Cerro Hawthorn (Erythropoda)

The Cerro Hawthorn (Erythropoda) is generally described as a perennial tree or shrub. This is native to the U.S. (United States) has its most active growth period in the spring and summer . The Cerro Hawthorn (Erythropoda) has dark green foliage and inconspicuous white flowers, with a moderate amount of conspicuous black fruits or seeds. The greatest bloom is usually observed in the late spring, with fruit and seed production starting in the summer and continuing until winter. Leaves are not retained year to year. The Cerro Hawthorn (Erythropoda) has a short life span relative to most other plant species and a slow growth rate. At maturity, the typical Cerro Hawthorn (Erythropoda) will reach up to 16 feet high, with a maximum height at 20 years of 24 feet.

The Cerro Hawthorn (Erythropoda) is not commonly available from nurseries, garden stores and other plant dealers and distributors. It can be propagated by seed. It has a moderate ability to spread through seed production and the seedlings have medium vigor. Note that cold stratification is not required for seed germination and the plant cannot survive exposure to temperatures below -50°F. has low tolerance to drought and restricted water conditions.

Uses of : Landscaping, Medicinal, Culinary, etc.

Erosion Control: Because cerro hawthorn tolerates a wide variety of sites, it can be planted to stabilize banks, for shelterbelts, and from wind and water erosion.

Timber: Although the wood is hard and strong, it has no commercial value except for tool handles and other small items.

Wildlife: It provides excellent cover and nesting sites for many smaller birds. Birds, rodents, and other smaller mammals eat the small fruits.

Beautification: Excellent for environmental plantings including small specimen tree and shrub border.

General Characteristics

General: Rose Family (Rosaceae). It is a native shrub or small tree that grows to sixteen feet high, with dense spreading, glabrous branchlets and sharply thorny. Leaves are broadest near the base or middle, dark green, smooth at maturity, and sometimes shallowly lobed. Flowers are white and produced in clusters of five to ten flowers. Fruits are elongated, red to blackish in color.

Required Growing Conditions

Cerro hawthorn grows from Washington to Wyoming, and south to Arizona and New Mexico.

Adaptation Although it will succeed in partial shade and different soil types, it grows best in full sunlight and well-drained loamy soils. Cerro hawthorn will tolerate wet soils before becoming drought tolerant once established. It is wind tolerant, making it a good tree species in shelterbelt planting. It is also tolerant of atmospheric pollution and performs well in urban settings.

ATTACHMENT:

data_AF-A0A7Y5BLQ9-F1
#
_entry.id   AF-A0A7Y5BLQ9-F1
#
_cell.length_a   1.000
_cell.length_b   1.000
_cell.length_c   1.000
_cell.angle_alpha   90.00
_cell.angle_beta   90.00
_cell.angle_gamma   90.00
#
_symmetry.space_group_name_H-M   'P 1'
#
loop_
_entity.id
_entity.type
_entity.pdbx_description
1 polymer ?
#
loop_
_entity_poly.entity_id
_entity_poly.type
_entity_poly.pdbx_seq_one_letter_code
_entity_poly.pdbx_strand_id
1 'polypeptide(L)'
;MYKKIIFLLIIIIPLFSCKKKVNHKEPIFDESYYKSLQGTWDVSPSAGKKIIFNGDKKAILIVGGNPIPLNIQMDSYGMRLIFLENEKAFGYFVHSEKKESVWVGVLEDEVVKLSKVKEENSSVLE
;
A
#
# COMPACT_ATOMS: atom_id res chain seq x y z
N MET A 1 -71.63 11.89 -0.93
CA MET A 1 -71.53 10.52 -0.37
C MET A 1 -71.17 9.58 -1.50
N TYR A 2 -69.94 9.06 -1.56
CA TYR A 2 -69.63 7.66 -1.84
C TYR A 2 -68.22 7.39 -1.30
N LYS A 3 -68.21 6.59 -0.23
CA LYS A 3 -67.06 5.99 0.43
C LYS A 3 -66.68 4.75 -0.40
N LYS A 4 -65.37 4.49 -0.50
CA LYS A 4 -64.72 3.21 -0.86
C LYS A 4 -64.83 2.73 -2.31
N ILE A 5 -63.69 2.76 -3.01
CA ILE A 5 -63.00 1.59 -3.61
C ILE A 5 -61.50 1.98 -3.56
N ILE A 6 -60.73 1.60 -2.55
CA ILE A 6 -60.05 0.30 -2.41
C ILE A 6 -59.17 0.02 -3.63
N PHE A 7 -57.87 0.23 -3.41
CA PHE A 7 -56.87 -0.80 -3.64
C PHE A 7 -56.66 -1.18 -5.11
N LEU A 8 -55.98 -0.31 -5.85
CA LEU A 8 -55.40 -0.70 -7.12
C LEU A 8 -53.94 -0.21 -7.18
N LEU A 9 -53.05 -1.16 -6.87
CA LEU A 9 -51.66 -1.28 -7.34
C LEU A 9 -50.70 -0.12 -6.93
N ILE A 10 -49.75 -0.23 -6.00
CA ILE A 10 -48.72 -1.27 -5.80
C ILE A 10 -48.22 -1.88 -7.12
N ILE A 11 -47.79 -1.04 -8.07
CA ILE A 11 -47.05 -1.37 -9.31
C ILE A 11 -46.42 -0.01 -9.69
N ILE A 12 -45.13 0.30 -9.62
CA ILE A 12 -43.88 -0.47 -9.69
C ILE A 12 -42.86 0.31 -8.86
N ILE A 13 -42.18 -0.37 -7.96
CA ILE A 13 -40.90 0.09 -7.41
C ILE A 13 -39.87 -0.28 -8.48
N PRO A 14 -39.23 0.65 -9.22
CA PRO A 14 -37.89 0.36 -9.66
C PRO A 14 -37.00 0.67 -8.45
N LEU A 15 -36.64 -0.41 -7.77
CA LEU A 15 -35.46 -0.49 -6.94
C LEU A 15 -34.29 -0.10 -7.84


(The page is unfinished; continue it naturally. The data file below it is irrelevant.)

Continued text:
Cultivation and Care

Propagation from Seed or Grafting: Cerro hawthorn can be propagated by either seeds or grafting. Successful propagation using seeds requires acid scarification followed by warm stratification and prechilling. Seeds, whose numbers per lb. varies with species, are planted early in the fall, in drill rows eight to twelve inches apart and covered with 1/4 inch of soil. Seedlings must not be kept in the nursery longer than a year.

Containerized trees should be planted when they are no more than eight feet tall, in the fall or spring. Balled and burlapped trees should be planted in early spring.

Grafting on seedling stock of Crataegus oxyacantha or Crataegus monogyna is best carried out in the winter to early spring.

General Upkeep and Control

Pruning should be done in the winter or early spring in order to maintain a clear shoot leader on young trees and/or remove the weakest branches to allow more light to pass through. Suckers or stems arising from the roots should be removed when they become noticeable.

Pest and Potential Problems Although insects and diseases seldom affect cerro hawthorn it is susceptible to fireblight, cedar-hawthorn rust, cedar-quince rust, leaf blight, fruit rot, and leaf spot.

Plant Basics
Growth Rate Slow
General Type Tree, Shrub
Growth Period Spring, Summer
Growth Duration Perennial
Lifespan Short
Plant Nativity Native to U.S.
Commercial Availability No Known Source
Physical Characteristics
Bloom Period Late Spring
Displays Fall Colors Yes
Shape/Growth Form Single Stem
Drought Tolerance Low
Shade Tolerance Intolerant
Height When Mature 16
Vegetative Spread Slow
Flower Color White
Flower Conspicuousness Yes
Fruit/Seed Abundance Medium
Fruit/Seed Seasonality Summer Winter
Seed Spread Rate Moderate
Gardening Characteristics
Propagations (Ways to Grow) Seed
Moisture Requirements Low
Cold Stratification Required Yes
Minimum Temperature -50
Soil Depth for Roots 24
Toxic to Nearby Plants No
Toxic to Livestock No
After-Harvest Regrowth Rate None
After-Harvest Resprout Ability Yes
Responds to Coppicing Yes
Growth Requirements
pH Range 3–8 pH
Precipitation Range 16–16 inches/yr
Planting Density 600–2400 indiv./acre
Soil Textures Coarse, Medium
Soil Depth for Roots 24
Minimum Frost-Free Days 89 day(s)
Salinity Tolerance Medium
CaCO3 Tolerance Medium
Sustainability & Use
Leaf Retention No
Palatability Medium
Fire Resistant No
Causes Livestock Bloating None

Source: USDA, NRCS, PLANTS Database, plants.usda.gov.
National Plant Data Center, Baton Rouge, LA 70874-4490 USA